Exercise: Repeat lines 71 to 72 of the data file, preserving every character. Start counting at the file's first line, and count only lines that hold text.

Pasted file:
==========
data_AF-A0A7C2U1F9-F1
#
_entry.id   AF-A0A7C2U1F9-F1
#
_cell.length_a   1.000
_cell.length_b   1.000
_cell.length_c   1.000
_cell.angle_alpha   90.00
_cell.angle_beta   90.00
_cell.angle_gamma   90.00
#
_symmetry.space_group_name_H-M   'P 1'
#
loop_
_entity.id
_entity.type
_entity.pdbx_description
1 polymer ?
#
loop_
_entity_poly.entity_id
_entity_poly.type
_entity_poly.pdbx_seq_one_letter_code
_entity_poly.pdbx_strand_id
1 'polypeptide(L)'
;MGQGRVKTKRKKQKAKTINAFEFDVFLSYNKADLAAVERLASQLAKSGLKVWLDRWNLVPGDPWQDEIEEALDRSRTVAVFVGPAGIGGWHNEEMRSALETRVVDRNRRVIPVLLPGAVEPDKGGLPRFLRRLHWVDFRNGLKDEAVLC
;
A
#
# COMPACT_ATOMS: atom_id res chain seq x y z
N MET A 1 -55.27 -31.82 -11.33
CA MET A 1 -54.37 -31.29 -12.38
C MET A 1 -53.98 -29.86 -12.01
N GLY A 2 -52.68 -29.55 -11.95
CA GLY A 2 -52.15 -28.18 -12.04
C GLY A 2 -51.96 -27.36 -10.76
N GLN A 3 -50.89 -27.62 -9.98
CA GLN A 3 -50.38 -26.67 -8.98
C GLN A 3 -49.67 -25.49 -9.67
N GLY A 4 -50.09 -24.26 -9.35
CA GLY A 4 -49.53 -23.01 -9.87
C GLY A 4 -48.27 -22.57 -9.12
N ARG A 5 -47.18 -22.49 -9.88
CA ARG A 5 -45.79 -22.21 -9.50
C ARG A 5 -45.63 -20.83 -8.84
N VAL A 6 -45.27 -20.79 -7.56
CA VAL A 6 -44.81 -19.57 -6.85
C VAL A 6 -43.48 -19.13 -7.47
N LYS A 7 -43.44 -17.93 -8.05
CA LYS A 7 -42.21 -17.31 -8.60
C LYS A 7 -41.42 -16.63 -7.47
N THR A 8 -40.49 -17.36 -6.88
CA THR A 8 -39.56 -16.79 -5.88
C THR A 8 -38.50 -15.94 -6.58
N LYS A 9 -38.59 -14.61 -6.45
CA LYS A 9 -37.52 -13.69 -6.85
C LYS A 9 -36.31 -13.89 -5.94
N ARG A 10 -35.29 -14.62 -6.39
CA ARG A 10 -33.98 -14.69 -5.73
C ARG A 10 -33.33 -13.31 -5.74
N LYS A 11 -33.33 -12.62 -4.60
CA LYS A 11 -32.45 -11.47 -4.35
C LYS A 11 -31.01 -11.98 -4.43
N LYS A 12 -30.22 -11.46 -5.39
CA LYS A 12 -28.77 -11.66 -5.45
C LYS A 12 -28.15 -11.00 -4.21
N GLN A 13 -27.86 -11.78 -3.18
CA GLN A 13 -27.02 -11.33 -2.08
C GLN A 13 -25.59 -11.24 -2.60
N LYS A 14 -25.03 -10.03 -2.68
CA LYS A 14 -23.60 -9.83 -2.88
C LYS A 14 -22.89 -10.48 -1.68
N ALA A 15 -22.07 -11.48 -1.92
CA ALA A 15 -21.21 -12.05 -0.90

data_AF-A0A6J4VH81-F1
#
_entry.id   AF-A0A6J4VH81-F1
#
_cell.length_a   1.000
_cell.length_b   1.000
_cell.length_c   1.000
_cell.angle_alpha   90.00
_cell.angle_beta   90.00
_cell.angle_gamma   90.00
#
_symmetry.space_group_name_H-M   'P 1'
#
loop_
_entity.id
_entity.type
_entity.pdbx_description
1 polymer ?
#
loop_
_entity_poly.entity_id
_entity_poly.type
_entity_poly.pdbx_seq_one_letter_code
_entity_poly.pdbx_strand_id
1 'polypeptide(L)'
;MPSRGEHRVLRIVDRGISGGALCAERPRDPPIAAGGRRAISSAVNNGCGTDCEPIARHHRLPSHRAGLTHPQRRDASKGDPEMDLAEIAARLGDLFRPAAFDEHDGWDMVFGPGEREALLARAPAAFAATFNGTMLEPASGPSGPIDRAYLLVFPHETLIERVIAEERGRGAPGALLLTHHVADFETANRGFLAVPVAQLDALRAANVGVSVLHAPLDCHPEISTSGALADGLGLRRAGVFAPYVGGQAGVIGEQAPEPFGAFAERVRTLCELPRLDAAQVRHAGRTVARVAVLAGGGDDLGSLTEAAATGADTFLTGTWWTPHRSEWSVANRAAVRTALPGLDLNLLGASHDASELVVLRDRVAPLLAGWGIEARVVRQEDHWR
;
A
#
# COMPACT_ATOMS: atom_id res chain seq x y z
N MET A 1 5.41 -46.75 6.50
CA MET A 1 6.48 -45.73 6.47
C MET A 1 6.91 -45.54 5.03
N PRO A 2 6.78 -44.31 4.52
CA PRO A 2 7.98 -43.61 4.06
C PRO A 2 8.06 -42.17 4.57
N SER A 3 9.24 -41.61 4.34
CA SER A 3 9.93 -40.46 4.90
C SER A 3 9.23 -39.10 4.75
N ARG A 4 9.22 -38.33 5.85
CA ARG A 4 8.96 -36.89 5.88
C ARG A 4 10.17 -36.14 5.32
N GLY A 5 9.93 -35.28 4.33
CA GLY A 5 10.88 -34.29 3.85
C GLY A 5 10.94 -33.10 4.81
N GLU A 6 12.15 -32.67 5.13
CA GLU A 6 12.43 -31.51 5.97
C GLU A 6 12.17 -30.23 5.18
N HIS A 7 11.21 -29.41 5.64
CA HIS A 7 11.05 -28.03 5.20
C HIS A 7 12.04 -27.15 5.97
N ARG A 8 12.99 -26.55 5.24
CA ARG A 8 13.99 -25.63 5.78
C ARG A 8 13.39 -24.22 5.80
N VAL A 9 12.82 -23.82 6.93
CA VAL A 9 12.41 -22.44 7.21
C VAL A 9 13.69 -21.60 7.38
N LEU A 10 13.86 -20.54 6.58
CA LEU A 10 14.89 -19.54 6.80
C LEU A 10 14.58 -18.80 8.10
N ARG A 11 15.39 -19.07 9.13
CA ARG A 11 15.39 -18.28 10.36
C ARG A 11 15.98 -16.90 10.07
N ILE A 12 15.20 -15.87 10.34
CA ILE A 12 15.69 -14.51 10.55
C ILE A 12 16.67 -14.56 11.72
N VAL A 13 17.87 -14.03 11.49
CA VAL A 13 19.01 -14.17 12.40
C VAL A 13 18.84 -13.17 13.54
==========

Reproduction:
CA LYS A 14 -23.60 -9.83 -2.88
C LYS A 14 -22.89 -10.48 -1.68